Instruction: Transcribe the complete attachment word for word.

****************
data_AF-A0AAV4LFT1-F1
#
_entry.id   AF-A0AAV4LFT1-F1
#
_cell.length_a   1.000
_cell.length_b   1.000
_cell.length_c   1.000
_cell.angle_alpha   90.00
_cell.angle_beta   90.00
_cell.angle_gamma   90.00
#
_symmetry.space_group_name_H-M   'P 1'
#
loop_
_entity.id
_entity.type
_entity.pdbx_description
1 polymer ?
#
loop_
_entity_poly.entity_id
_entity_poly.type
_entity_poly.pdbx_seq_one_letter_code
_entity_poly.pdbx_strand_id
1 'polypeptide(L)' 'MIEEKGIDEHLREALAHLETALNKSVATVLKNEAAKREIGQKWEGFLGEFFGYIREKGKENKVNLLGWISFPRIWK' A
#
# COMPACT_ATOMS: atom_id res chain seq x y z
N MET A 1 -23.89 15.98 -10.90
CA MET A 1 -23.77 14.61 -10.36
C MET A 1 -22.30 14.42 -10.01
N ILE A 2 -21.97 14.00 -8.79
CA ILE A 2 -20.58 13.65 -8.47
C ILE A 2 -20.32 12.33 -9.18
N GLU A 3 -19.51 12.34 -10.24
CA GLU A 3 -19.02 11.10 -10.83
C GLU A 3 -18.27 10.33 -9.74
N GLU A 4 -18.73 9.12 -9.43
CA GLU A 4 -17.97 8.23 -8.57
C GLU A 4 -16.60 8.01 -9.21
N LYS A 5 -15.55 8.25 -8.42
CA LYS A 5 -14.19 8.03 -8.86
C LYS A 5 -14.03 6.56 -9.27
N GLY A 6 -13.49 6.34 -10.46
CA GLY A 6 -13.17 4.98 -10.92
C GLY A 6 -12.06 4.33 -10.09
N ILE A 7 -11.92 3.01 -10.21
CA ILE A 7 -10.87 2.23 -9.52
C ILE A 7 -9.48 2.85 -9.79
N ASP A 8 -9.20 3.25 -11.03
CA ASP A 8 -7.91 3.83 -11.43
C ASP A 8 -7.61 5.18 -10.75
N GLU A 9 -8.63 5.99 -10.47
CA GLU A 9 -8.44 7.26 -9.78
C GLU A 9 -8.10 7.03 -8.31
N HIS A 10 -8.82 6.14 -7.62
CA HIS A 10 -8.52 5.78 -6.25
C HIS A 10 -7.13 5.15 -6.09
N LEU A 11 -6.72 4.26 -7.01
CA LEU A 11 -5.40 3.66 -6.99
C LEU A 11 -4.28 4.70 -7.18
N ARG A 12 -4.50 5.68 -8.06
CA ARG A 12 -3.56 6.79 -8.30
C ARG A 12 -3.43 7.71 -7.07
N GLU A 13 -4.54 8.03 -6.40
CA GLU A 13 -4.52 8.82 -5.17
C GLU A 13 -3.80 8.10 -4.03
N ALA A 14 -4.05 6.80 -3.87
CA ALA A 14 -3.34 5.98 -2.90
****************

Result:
data_AF-A0AAV4LFT1-F1
#
_entry.id   AF-A0AAV4LFT1-F1
#
_cell.length_a   1.000
_cell.length_b   1.000
_cell.length_c   1.000
_cell.angle_alpha   90.00
_cell.angle_beta   90.00
_cell.angle_gamma   90.00
#
_symmetry.space_group_name_H-M   'P 1'
#
loop_
_entity.id
_entity.type
_entity.pdbx_description
1 polymer ?
#
loop_
_entity_poly.entity_id
_entity_poly.type
_entity_poly.pdbx_seq_one_letter_code
_entity_poly.pdbx_strand_id
1 'polypeptide(L)' 'MIEEKGIDEHLREALAHLETALNKSVATVLKNEAAKREIGQKWEGFLGEFFGYIREKGKENKVNLLGWISFPRIWK' A
#
# COMPACT_ATOMS: atom_id res chain seq x y z
N MET A 1 -23.89 15.98 -10.90
CA MET A 1 -23.77 14.61 -10.36
C MET A 1 -22.30 14.42 -10.01
N ILE A 2 -21.97 14.00 -8.79
CA ILE A 2 -20.58 13.65 -8.47
C ILE A 2 -20.32 12.33 -9.18
N GLU A 3 -19.51 12.34 -10.24
CA GLU A 3 -19.02 11.10 -10.83
C GLU A 3 -18.27 10.33 -9.74
N GLU A 4 -18.73 9.12 -9.43
CA GLU A 4 -17.97 8.23 -8.57
C GLU A 4 -16.60 8.01 -9.21
N LYS A 5 -15.55 8.25 -8.42
CA LYS A 5 -14.19 8.03 -8.86
C LYS A 5 -14.03 6.56 -9.27
N GLY A 6 -13.49 6.34 -10.46
CA GLY A 6 -13.17 4.98 -10.92
C GLY A 6 -12.06 4.33 -10.09
N ILE A 7 -11.92 3.01 -10.21
CA ILE A 7 -10.87 2.23 -9.52
C ILE A 7 -9.48 2.85 -9.79
N ASP A 8 -9.20 3.25 -11.03
CA ASP A 8 -7.91 3.83 -11.43
C ASP A 8 -7.61 5.18 -10.75
N GLU A 9 -8.63 5.99 -10.47
CA GLU A 9 -8.44 7.26 -9.78
C GLU A 9 -8.10 7.03 -8.31
N HIS A 10 -8.82 6.14 -7.62
CA HIS A 10 -8.52 5.78 -6.25
C HIS A 10 -7.13 5.15 -6.09
N LEU A 11 -6.72 4.26 -7.01
CA LEU A 11 -5.40 3.66 -6.99
C LEU A 11 -4.28 4.70 -7.18
N ARG A 12 -4.50 5.68 -8.06
CA ARG A 12 -3.56 6.79 -8.30
C ARG A 12 -3.43 7.71 -7.07
N GLU A 13 -4.54 8.03 -6.40
CA GLU A 13 -4.52 8.82 -5.17
C GLU A 13 -3.80 8.10 -4.03
N ALA A 14 -4.05 6.80 -3.87
CA ALA A 14 -3.34 5.98 -2.90